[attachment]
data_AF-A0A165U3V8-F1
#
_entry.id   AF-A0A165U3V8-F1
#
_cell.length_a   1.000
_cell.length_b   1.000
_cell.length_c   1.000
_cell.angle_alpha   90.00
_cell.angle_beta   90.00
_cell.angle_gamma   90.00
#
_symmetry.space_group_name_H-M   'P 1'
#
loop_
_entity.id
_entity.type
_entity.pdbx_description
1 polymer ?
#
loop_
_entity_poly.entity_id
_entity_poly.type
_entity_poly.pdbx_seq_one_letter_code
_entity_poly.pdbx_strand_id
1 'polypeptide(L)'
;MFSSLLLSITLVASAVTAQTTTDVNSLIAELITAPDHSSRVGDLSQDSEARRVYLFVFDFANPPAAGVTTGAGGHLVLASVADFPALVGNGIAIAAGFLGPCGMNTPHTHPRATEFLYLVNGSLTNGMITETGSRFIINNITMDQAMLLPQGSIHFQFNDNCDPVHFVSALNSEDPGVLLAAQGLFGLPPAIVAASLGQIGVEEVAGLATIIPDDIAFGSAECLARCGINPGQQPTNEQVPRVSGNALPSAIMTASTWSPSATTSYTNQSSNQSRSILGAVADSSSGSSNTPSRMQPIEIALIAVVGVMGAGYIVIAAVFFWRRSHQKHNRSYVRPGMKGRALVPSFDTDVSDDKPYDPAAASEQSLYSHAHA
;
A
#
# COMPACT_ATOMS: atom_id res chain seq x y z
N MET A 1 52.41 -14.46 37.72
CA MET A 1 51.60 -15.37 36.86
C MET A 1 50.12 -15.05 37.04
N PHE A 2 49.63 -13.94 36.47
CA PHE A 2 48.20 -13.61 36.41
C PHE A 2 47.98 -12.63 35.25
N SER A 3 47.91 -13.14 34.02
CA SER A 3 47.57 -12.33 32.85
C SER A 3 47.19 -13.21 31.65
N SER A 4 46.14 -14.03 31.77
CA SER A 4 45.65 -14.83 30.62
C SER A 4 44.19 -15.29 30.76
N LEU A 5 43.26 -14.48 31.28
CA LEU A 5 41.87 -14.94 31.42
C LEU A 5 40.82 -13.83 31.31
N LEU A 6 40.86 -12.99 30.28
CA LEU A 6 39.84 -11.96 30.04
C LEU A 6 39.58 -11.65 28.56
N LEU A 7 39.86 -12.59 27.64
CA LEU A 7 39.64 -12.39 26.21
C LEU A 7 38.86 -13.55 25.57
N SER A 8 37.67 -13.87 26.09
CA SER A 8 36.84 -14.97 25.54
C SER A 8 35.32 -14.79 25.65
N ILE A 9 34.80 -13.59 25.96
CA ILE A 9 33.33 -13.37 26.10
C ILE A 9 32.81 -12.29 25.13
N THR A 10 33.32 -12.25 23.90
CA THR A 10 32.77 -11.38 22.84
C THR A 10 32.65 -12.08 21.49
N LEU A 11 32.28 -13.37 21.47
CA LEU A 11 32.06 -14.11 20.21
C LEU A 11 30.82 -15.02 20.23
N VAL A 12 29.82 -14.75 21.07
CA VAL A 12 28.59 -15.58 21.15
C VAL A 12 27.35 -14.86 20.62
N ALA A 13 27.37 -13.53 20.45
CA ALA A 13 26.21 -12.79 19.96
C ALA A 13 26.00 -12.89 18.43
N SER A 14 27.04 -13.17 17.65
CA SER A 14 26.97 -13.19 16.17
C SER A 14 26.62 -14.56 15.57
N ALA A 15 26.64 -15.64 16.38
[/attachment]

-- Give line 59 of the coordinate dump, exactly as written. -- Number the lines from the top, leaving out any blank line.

CA THR A 10 32.77 -11.38 22.84